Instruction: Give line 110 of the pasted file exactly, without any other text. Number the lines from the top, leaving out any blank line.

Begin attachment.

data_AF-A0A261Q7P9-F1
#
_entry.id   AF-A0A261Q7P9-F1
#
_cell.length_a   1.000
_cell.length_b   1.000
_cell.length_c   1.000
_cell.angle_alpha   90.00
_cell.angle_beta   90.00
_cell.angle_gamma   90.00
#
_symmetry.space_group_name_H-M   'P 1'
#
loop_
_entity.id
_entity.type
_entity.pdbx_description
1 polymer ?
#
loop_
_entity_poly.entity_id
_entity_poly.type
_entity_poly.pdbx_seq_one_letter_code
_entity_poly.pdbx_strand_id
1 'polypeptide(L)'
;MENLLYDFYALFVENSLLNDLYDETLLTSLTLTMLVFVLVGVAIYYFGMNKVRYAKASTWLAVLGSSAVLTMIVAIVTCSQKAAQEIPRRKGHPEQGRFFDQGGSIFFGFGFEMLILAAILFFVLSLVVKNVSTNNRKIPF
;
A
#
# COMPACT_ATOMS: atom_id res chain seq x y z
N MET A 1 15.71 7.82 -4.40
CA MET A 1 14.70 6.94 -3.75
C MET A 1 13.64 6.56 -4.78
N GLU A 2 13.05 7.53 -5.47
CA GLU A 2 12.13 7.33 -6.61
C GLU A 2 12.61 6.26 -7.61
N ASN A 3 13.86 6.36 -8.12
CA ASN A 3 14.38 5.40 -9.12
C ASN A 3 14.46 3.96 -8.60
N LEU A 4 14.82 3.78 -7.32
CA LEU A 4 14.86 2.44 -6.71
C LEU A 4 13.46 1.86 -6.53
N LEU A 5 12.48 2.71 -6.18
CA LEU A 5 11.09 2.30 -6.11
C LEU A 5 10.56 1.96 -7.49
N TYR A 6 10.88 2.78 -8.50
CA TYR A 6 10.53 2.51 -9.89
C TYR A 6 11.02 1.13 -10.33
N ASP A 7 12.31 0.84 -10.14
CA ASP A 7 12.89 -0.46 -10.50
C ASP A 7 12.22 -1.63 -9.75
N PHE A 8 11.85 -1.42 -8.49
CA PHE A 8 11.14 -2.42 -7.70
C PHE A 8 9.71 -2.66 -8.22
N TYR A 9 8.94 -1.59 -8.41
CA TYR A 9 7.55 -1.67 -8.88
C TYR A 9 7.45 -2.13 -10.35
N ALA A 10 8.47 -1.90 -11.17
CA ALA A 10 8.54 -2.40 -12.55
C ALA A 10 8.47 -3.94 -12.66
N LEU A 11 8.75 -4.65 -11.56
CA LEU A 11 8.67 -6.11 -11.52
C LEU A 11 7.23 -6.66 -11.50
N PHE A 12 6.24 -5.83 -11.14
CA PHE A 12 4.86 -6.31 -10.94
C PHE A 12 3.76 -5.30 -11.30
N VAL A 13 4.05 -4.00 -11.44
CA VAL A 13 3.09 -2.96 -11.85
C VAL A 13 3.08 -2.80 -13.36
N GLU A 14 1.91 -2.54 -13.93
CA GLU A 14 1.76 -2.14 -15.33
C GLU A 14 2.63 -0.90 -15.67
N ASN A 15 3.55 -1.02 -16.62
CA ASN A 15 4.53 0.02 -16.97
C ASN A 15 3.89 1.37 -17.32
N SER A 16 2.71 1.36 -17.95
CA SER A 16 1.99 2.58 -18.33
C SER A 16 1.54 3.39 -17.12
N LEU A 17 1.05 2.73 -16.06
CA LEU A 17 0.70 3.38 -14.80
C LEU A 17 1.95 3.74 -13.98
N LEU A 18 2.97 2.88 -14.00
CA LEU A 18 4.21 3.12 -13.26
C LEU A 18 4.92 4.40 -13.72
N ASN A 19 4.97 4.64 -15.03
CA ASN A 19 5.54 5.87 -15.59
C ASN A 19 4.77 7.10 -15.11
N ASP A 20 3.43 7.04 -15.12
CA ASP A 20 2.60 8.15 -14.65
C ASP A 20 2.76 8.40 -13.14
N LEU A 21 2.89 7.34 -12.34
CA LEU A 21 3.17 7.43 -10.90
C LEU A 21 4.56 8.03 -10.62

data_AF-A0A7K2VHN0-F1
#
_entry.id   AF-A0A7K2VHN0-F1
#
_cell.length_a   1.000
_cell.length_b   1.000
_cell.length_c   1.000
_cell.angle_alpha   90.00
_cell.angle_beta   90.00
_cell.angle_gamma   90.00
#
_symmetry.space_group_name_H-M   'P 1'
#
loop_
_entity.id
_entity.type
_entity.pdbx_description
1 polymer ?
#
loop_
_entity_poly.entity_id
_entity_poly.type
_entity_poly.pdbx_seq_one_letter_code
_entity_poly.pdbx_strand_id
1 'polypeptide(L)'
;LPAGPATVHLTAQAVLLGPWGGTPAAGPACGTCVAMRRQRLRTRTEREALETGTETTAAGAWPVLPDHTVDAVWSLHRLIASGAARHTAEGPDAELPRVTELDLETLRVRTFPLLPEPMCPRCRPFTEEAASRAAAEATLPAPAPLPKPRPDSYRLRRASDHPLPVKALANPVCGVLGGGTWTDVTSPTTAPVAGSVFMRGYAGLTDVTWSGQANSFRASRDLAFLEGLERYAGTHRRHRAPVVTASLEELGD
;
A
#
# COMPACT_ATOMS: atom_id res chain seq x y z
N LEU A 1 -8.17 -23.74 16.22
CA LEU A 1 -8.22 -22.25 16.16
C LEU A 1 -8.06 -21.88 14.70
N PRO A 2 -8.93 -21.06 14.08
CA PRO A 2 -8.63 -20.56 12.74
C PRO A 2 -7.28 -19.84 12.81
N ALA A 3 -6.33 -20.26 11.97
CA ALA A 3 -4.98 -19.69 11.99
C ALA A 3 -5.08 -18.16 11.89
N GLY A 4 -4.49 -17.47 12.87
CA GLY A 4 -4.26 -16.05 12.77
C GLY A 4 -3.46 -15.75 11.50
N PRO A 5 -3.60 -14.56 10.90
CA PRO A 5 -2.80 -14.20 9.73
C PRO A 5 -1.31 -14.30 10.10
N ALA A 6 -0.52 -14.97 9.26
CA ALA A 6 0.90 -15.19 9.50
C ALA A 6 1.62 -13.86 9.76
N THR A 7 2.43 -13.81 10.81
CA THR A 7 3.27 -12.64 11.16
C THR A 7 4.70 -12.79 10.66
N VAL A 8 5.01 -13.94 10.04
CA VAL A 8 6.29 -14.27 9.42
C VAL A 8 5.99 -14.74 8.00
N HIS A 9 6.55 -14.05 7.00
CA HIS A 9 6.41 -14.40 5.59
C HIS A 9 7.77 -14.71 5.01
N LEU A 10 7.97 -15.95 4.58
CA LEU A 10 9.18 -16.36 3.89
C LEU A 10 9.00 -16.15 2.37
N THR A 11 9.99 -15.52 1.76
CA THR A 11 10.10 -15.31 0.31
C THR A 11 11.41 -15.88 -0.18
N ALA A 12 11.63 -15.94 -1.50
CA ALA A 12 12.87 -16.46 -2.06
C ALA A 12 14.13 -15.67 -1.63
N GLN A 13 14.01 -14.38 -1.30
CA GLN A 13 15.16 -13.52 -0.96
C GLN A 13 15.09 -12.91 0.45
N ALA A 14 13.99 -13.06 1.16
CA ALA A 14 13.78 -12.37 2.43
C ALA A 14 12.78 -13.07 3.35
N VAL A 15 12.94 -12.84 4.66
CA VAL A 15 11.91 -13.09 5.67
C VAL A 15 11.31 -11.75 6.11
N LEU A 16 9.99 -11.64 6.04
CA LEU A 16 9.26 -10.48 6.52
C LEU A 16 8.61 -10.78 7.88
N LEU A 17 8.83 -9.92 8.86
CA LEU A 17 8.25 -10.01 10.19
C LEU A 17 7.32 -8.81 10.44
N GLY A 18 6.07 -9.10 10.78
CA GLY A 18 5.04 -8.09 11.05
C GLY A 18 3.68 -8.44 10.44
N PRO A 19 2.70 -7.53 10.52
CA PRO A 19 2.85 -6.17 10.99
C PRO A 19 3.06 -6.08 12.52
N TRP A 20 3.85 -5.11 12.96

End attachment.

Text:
_entity.pdbx_description